GreenShift Corporation has simultaneously announced that it has filed for its third patent on its corn-oil extraction technologies while at the same time, commencing legal action against Big River Resources Galva, Big River Resources West Burlington and Cardinal Ethanol for infringing on GreenShift’s U.S. patent covering its corn oil extraction technology.
The complaint against Big River alleges that they infringed upon GreenShift’s U.S. Patent No. 7,601,858, titled “Method of Processing Ethanol Byproducts and Related Subsystems” (the “858 Patent”). The patent covers processes for recovering corn oil by evaporating and mechanically processing thin stillage, a precursor to the distillers grain co-product of corn ethanol production (“DGS”). Greenshift is claiming that Big River has caused a loss of income and irreparable harm.
Kevin Kreisler, chairman and CEO of GreenShift said in a company statement regarding the lawsuits, “There was no market for corn oil extraction from dry mill ethanol plants before we invented our now-patented technology in 2004. We estimate that more than about 20 percent of the ethanol industry has begun to use our technology without a license. While we are eager to earn the business of each last producer, we expect to have the opportunity to do so by helping each to realize additional value.”
Kreisler continued, “We innovated corn oil extraction technology, created the corn oil extraction market, and subsidized disruptive value creation for the U.S. corn ethanol industry; we have earned our patents and we deserve the full measure of the first mover competitive advantage. This, and any other, continued infringement is causing GreenShift irreparable and immediate harm and it must stop.”
However, ICM has come to the defense of Cardinal Ethanol, as the suit is against ICM equipment. ICM built the ethanol plant that went online in November of 2008.
“ICM will defend its customers as a companion matter to ICM’s own litigation against GS CleanTech and its affiliate, GreenShift Corporation, which we filed in Kansas in October 2009,” said Chris Mitchell, ICM’s vice president of marketing. “ICM believes that GS CleanTech’s alleged patent claims will be proved to be invalid. In the Kansas litigation, we have asserted that GS CleanTech/GreenShift misrepresented the liability of ICM’s customers for operating the ICM system, and that various actions of GS CleanTech/GreenShift constitute unfair competition and wrongful interference with ICM’s existing and prospective business and contractual relationships. Our customers continue to operate their oil recovery systems acquired from ICM, and we continue to see strong interest from prospective customers for further orders for ICM’s equipment.”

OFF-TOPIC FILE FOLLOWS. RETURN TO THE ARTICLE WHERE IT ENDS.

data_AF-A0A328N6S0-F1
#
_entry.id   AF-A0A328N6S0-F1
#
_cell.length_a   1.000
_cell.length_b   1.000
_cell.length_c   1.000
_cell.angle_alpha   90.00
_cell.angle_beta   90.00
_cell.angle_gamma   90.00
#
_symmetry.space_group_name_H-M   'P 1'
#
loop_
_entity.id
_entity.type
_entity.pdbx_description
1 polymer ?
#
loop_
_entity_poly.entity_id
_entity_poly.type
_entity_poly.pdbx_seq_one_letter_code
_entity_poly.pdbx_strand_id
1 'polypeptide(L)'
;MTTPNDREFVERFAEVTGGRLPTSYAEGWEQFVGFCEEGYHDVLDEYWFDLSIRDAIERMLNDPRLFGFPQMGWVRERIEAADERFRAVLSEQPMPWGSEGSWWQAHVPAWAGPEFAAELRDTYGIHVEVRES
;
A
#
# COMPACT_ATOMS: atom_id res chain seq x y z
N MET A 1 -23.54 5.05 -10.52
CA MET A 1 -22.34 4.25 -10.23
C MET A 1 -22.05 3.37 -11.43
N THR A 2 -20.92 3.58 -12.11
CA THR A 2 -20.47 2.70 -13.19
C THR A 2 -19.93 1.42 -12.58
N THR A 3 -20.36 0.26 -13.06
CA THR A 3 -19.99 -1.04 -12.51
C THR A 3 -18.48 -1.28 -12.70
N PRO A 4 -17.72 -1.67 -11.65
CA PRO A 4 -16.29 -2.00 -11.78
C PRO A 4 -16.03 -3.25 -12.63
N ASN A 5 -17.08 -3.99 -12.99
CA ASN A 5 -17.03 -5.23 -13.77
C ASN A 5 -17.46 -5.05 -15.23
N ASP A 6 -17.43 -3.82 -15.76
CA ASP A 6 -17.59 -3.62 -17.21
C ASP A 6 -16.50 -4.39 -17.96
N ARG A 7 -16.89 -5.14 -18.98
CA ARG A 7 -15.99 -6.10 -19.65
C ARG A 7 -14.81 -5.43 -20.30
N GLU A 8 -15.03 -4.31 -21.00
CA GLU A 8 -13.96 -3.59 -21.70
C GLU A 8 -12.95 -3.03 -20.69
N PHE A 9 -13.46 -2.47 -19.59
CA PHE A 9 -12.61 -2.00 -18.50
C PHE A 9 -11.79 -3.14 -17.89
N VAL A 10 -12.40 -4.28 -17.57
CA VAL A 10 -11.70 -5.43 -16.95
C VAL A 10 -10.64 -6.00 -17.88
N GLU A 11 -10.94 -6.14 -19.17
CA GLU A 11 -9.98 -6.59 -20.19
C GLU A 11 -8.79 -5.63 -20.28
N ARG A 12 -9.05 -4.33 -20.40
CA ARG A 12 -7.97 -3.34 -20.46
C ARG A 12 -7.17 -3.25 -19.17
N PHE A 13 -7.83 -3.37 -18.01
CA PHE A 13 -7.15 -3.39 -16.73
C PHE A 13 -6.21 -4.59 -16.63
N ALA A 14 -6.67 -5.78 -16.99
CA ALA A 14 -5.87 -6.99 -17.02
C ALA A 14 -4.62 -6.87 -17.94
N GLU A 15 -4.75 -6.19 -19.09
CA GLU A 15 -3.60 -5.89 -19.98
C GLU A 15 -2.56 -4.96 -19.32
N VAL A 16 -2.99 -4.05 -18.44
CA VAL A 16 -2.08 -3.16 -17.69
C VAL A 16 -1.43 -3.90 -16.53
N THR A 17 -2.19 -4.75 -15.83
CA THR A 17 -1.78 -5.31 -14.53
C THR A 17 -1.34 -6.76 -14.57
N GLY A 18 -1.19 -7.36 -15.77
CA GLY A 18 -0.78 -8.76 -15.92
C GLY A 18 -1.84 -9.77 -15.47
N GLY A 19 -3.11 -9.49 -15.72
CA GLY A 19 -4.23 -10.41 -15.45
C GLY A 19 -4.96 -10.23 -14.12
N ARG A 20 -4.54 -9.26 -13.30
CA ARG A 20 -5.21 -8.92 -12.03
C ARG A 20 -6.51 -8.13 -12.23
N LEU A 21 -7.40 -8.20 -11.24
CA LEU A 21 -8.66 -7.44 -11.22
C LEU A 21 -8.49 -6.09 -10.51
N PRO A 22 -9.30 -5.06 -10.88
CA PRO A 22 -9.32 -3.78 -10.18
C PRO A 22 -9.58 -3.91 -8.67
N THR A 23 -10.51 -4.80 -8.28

And patents they seek. The new patent application will expand its coverage of the company’s technology to “drill” into the backend of corn ethanol plants in order to tap into an existing reserve of inedible crude corn oil that has been historically trapped in the distillers grain co-product of ethanol production.
According to the company, the corn oil is a valuable second generation feedstock for use in the production of lower carbon fuels such as biodiesel, biojet fuel and renewable diesel. This technology helps an ethanol plant increase profits while reducing greenhouse gas emissions from the production of corn ethanol; however, just how much GHG’s are reduced from corn-ethanol is a point of great contention. GreenShift claims that their portfolio of patented and patent-pending corn oil extraction technologies can increase an ethanol producer’s biofuel yields per bushel of corn by upwards of 7 percent while reducing the energy use and lifecycle GHGs by an estimated 21 percent and 29 percent, respectively.
“We are excited to be receiving this third patent as it further strengthens our first mover technology position. While we have many additional applications pending, our issued patents are generally directed to mechanical extraction of oil from concentrated stillage,” concluded David Winsness, GreenShift’s chief technology officer.